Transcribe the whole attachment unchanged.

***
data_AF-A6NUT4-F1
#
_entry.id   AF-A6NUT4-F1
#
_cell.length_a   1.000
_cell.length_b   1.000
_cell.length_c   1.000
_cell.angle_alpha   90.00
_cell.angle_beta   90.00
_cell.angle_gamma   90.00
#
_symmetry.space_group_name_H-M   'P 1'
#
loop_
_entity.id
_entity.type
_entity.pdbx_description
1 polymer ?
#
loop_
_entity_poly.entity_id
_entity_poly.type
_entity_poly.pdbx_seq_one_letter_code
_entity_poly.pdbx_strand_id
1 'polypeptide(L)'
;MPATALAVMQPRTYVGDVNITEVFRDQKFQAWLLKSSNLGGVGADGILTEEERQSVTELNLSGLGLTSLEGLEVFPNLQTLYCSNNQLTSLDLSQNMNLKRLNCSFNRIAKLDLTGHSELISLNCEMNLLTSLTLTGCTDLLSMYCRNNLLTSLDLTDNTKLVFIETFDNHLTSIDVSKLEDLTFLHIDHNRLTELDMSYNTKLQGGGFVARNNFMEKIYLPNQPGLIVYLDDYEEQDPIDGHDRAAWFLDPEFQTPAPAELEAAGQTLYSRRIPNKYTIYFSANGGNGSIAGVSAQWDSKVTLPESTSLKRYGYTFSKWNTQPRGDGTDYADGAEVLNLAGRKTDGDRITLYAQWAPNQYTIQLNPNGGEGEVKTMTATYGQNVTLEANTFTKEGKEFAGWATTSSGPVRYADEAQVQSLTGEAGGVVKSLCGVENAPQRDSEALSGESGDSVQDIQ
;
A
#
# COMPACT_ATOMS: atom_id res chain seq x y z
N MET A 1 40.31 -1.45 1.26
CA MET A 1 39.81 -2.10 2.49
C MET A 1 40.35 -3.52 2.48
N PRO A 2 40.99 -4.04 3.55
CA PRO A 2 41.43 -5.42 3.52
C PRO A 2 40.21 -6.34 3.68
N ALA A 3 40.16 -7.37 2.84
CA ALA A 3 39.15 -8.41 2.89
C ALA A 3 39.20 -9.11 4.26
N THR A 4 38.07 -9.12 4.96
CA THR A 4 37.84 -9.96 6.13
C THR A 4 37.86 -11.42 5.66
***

data_AF-A6NUT4-F1
#
_entry.id   AF-A6NUT4-F1
#
_cell.length_a   1.000
_cell.length_b   1.000
_cell.length_c   1.000
_cell.angle_alpha   90.00
_cell.angle_beta   90.00
_cell.angle_gamma   90.00
#
_symmetry.space_group_name_H-M   'P 1'
#
loop_
_entity.id
_entity.type
_entity.pdbx_description
1 polymer ?
#
loop_
_entity_poly.entity_id
_entity_poly.type
_entity_poly.pdbx_seq_one_letter_code
_entity_poly.pdbx_strand_id
1 'polypeptide(L)'
;MPATALAVMQPRTYVGDVNITEVFRDQKFQAWLLKSSNLGGVGADGILTEEERQSVTELNLSGLGLTSLEGLEVFPNLQTLYCSNNQLTSLDLSQNMNLKRLNCSFNRIAKLDLTGHSELISLNCEMNLLTSLTLTGCTDLLSMYCRNNLLTSLDLTDNTKLVFIETFDNHLTSIDVSKLEDLTFLHIDHNRLTELDMSYNTKLQGGGFVARNNFMEKIYLPNQPGLIVYLDDYEEQDPIDGHDRAAWFLDPEFQTPAPAELEAAGQTLYSRRIPNKYTIYFSANGGNGSIAGVSAQWDSKVTLPESTSLKRYGYTFSKWNTQPRGDGTDYADGAEVLNLAGRKTDGDRITLYAQWAPNQYTIQLNPNGGEGEVKTMTATYGQNVTLEANTFTKEGKEFAGWATTSSGPVRYADEAQVQSLTGEAGGVVKSLCGVENAPQRDSEALSGESGDSVQDIQ
;
A
#
# COMPACT_ATOMS: atom_id res chain seq x y z
N MET A 1 40.31 -1.45 1.26
CA MET A 1 39.81 -2.10 2.49
C MET A 1 40.35 -3.52 2.48
N PRO A 2 40.99 -4.04 3.55
CA PRO A 2 41.43 -5.42 3.52
C PRO A 2 40.21 -6.34 3.68
N ALA A 3 40.16 -7.37 2.84
CA ALA A 3 39.15 -8.41 2.89
C ALA A 3 39.20 -9.11 4.26
N THR A 4 38.07 -9.12 4.96
CA THR A 4 37.84 -9.96 6.13
C THR A 4 37.86 -11.42 5.66